“I think I must include Lady Molesworth’s footmen among the ornaments of her house. As there are dog fanciers, so she was a fancier in flunkeys, and hers were incomparable; such unique specimens of well-grown, well fed humanity, such complexions, such calves, such superb humility, were not to be matched in London. I believe she could only have recruited them in the manner in which the bride of the king’s son is selected in fairy tales, and that a general muster of aspirants must have been collected from east to west; ordinary mortals felt awed in their presence” (Yates and Sala, eds. Temple Bar, Vol. 106 [London: Ward & Lock, 1895], 350).


Well-turned calves aside, Andalusia became celebrated for her legendary house parties and private theatricals. Yates and Sala themselves took part.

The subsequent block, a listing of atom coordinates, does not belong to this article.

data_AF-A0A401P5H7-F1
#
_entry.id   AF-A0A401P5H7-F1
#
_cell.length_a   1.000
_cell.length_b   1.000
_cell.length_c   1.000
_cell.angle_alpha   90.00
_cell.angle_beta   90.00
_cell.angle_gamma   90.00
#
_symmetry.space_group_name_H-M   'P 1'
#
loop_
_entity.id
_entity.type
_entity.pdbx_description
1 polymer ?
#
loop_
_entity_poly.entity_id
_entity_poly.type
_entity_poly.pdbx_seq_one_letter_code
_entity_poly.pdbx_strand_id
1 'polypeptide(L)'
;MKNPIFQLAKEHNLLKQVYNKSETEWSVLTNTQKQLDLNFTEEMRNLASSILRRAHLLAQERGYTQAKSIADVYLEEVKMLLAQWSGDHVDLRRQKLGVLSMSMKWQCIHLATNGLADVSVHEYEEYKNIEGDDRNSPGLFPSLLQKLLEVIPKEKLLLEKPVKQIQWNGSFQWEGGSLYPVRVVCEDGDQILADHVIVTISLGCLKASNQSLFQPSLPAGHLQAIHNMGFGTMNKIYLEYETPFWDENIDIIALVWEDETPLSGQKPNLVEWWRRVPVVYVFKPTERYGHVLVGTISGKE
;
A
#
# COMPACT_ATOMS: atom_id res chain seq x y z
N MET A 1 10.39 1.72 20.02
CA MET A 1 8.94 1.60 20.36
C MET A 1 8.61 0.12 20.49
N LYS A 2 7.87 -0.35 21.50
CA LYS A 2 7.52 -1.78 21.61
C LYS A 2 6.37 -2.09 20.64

Sadly, there is no evidence to suggest that at either Eaton Place in London or Pencarrow in Cornwall Lady Andalusia staged Lovers’ Vows, the German melodrama performed by the characters at Mansfield Park.  Nonetheless, the private theatricals so central to Austen’s novel resonate with Andalusia’s penchant for staging similar events.  A private book closet at Pencarrow still contains some of her well-annotated prompt copies—with parts marked out for particular guests in farces such as The Little Savage, Dearest Mamma, Lend Me Five Shillings, and Wooing One’s Wife.  The theatrical selections and heavy annotations convey great energy and frivolity.  At Pencarrow, the guests performed in the attic space that Andalusia had converted into a small at-home theatre, donning elaborate costumes and constructing stage sets.  Not all her guests were mere amateurs, for Sir Arthur Sullivan (of Gilbert and Sullivan) stayed at Pencarrow to polish up a score.